squarewave

Stereo is Overrated
« on: January 02, 2021, 09:14:45 PM »
I'm not a recording engineer with a bag of tricks but I do have one now. Has anyone else noticed that when playing a track panned hard to one side and then put 100% wet mono high cut reverb of that track panned hard to the other side, it sounds awesome?


Gold

Re: Stereo is Overrated
« Reply #1 on: January 02, 2021, 10:10:18 PM »
Uhh, that’s stereo. You only need one speaker for mono. Two channel mono doesn’t work as well because of room interaction. You don’t get the solid point source.

abbey road d enfer

Re: Stereo is Overrated
« Reply #2 on: January 02, 2021, 11:44:30 PM »
I'm not a recording engineer with a bag of tricks but I do have one now. Has anyone else noticed that when playing a track panned hard to one side and then put 100% wet mono high cut reverb of that track panned hard to the other side, it sounds awesome?
It's an old trick. Some mixers had the possibility of putting the echo sends after pan-pot but L-R crossed. The first Harrison desk had a customizable routing grid in each channel that could do that.
It was much complication so the idea did not catch up, particularly with the event of affordable digital reverb units, which made simply using the basic facilities of any mixer to work.
With the almost unlimited number of channels and reverb instances in a DAW, it's quite easy to do. I guess that's what you do...
Who's right or wrong is irrelevant. What matters is what's right or wrong.
Star ground is for electricians.

squarewave

Re: Stereo is Overrated
« Reply #3 on: January 03, 2021, 12:38:27 AM »
Two channel mono doesn’t work as well because of room interaction. You don’t get the solid point source.
By two channel mono you mean simply the same track on both channels? I thought that was pretty common to just pan something in the middle. I suppose it depends on the instrument. If it's just drums or something that doesn't have sustained notes, it probably doesn't matter so much. With sustained notes like voice, guitar or synth I could see how room interactions could cause comb filtering.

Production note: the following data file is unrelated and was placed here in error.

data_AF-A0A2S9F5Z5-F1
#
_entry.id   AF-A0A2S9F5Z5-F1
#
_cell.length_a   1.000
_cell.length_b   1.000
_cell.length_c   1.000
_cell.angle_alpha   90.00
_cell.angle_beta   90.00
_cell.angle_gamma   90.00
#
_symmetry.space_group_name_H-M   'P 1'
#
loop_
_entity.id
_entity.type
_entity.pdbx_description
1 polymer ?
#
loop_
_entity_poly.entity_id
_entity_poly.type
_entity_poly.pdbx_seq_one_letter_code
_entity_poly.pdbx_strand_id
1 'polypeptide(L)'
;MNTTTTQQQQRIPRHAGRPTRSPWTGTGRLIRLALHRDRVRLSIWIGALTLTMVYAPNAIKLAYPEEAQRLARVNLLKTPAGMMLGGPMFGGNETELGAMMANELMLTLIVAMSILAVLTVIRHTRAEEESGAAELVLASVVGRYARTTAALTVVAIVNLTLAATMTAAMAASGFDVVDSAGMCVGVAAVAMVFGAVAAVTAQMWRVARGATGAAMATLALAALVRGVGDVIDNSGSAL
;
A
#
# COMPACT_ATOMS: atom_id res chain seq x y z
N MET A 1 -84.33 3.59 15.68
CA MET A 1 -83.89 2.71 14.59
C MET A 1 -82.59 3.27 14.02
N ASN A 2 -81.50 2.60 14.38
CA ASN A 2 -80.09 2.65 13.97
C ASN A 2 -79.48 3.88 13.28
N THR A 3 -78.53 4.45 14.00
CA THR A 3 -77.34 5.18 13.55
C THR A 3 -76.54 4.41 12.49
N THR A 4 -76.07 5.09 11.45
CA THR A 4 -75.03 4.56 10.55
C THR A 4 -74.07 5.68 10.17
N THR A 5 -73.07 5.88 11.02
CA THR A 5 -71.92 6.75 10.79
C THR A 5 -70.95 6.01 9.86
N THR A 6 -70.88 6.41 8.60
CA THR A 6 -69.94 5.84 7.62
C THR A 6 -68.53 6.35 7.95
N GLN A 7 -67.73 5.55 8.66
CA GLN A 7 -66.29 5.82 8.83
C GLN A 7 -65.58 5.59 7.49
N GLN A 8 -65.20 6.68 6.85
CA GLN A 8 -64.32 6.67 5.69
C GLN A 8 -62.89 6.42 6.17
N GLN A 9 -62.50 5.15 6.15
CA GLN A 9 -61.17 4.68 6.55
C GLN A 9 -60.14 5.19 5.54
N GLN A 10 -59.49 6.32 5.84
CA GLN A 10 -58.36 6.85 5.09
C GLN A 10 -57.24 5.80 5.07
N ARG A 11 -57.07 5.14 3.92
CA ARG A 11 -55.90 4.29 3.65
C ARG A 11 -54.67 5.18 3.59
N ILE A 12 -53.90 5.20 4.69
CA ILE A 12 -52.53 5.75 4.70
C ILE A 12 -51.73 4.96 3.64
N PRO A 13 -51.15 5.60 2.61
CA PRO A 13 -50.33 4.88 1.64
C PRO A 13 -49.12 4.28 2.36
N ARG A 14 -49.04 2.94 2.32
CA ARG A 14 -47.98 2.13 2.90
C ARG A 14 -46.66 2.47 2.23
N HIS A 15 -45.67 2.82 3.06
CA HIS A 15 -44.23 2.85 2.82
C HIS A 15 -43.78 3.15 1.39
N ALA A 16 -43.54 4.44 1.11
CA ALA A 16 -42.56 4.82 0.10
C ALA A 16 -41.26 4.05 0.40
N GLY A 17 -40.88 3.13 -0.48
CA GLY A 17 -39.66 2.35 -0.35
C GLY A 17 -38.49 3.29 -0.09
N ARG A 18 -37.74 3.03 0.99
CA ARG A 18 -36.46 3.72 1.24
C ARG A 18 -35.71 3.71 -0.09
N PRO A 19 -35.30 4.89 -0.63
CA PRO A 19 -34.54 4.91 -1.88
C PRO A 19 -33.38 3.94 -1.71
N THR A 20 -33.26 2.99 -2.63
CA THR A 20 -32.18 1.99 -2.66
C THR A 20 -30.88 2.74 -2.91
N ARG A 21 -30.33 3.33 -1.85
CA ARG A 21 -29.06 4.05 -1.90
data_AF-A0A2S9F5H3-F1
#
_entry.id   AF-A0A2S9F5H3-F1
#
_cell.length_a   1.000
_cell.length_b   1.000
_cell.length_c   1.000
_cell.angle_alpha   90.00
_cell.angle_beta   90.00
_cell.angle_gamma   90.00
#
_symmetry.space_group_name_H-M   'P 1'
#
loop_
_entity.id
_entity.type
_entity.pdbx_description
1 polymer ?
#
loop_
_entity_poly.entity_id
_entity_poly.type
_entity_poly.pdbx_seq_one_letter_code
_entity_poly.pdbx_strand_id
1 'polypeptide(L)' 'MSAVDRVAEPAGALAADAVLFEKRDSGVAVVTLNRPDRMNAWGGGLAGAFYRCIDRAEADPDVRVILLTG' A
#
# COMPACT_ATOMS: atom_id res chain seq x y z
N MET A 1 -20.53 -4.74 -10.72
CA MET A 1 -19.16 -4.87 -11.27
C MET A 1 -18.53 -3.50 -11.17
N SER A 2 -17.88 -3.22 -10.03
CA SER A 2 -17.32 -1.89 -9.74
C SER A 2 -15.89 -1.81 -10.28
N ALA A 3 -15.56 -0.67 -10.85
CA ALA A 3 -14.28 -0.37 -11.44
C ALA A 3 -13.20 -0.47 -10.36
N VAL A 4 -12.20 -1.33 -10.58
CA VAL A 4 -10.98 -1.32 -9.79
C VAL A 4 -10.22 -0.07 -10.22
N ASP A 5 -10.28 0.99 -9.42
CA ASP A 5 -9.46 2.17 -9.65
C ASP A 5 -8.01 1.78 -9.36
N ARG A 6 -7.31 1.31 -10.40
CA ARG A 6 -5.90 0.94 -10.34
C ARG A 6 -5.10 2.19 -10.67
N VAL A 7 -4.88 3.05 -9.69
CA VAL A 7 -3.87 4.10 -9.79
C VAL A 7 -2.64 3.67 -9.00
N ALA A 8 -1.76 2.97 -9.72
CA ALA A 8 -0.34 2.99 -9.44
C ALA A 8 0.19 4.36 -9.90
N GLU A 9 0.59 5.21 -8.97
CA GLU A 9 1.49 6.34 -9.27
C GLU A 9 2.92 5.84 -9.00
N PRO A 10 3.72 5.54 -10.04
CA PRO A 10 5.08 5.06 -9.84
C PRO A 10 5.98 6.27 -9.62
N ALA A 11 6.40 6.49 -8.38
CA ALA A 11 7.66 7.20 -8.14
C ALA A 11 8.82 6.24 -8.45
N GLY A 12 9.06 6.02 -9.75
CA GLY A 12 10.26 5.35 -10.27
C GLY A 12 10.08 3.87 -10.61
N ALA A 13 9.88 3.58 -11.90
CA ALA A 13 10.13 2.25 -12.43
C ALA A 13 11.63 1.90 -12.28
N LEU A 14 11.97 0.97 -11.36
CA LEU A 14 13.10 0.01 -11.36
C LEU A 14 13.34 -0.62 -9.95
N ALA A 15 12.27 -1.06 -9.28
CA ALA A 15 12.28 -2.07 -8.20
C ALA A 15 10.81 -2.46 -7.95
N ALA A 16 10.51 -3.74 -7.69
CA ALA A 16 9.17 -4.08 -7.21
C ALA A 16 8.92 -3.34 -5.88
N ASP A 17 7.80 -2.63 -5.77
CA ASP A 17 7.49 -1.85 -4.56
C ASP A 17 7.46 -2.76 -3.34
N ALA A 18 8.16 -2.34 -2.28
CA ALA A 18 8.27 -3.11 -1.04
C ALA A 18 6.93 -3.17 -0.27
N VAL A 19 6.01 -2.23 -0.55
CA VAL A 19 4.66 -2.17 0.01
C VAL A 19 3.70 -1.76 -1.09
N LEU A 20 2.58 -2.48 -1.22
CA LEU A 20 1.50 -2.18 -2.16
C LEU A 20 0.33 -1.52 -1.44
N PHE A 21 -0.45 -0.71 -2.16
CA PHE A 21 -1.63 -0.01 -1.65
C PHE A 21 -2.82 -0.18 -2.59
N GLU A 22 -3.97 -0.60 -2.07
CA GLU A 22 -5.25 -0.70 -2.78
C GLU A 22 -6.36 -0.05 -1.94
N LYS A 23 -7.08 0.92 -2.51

john12ax7

Re: Stereo is Overrated
« Reply #4 on: January 03, 2021, 12:53:51 AM »
Ampeg used to make an amp that employed two cabinets,  one the dry guitar and the other reverb only.  Sounded great.

VH1 is a classic album with the left / right,  wet / dry guitar recording.

Gold

Re: Stereo is Overrated
« Reply #5 on: January 03, 2021, 06:07:58 AM »
By two channel mono you mean simply the same track on both channels?

Yes. True mono is with one speaker. Anything else isn’t true mono.

What you are doing is most definitely stereo. Having uncorrelated left and right channels is the definition of stereo.

Two channel stereo is a compromise. Most console Pan law is 4.5 dB down to make a panned mono source sound even over the stereo field. Electronically this should be 6dB for a fully correlated sum. The reason 4.5dB works better is the acoustic power sum in an average room is not perfect. 4.5 dB is a fudge.

JohnRoberts

Re: Stereo is Overrated
« Reply #6 on: January 03, 2021, 09:56:02 AM »
Yes. True mono is with one speaker. Anything else isn’t true mono.

What you are doing is most definitely stereo. Having uncorrelated left and right channels is the definition of stereo.

Two channel stereo is a compromise. Most console Pan law is 4.5 dB down to make a panned mono source sound even over the stereo field. Electronically this should be 6dB for a fully correlated sum. The reason 4.5dB works better is the acoustic power sum in an average room is not perfect. 4.5 dB is a fudge.
In my experience typical console pan laws use -3dB at center, based on -3db being 1/2 power.

JR 
Cancel the "cancel culture", do not participate in mob hatred.

abbey road d enfer

Re: Stereo is Overrated
« Reply #7 on: January 03, 2021, 12:22:59 PM »
In my experience typical console pan laws use -3dB at center, based on -3db being 1/2 power.

JR
Most british mixers are based on -4.5. It makes much sense for music recording/mixing, because the acoustic pressure of studio monitors combine more than quadratically. -3dB would be OK for totally uncorrelated signals, which is obviously not the case.
I read a survey that had measures of various studios, that showed the combination factor to be about -1/-1.5 dB for two speakers driven each at -6. That's consistent with my findings when I did monitor set-up in the 80's.
Pan law at -3 results in a level increase in center position.
Even large concert sound systems combine more efficiently than the assumed 3dB loss.
Who's right or wrong is irrelevant. What matters is what's right or wrong.
Star ground is for electricians.

Re: Stereo is Overrated
« Reply #8 on: January 07, 2021, 12:28:32 PM »
Another vote for 4.5dB now being the accepted fudge.

-3dB at centre is old school though ;)
D. J. H.

The standard way to reduce much of the noise and distortion in audio gear in 1955 was to have a couple of beers.
 Anything else was too fiddlesome and too expensive.

Whoops

Re: Stereo is Overrated
« Reply #9 on: January 29, 2021, 02:55:08 PM »
I'm not a recording engineer with a bag of tricks but I do have one now. Has anyone else noticed that when playing a track panned hard to one side and then put 100% wet mono high cut reverb of that track panned hard to the other side, it sounds awesome?

I do that all the time in mixing, I guess it's a pretty common thing to do.
Dry to hard panned to one side and reverb to the other, or Delay, Slapback, you name it. Probably use that at some point with some instrument in all my mixes


 

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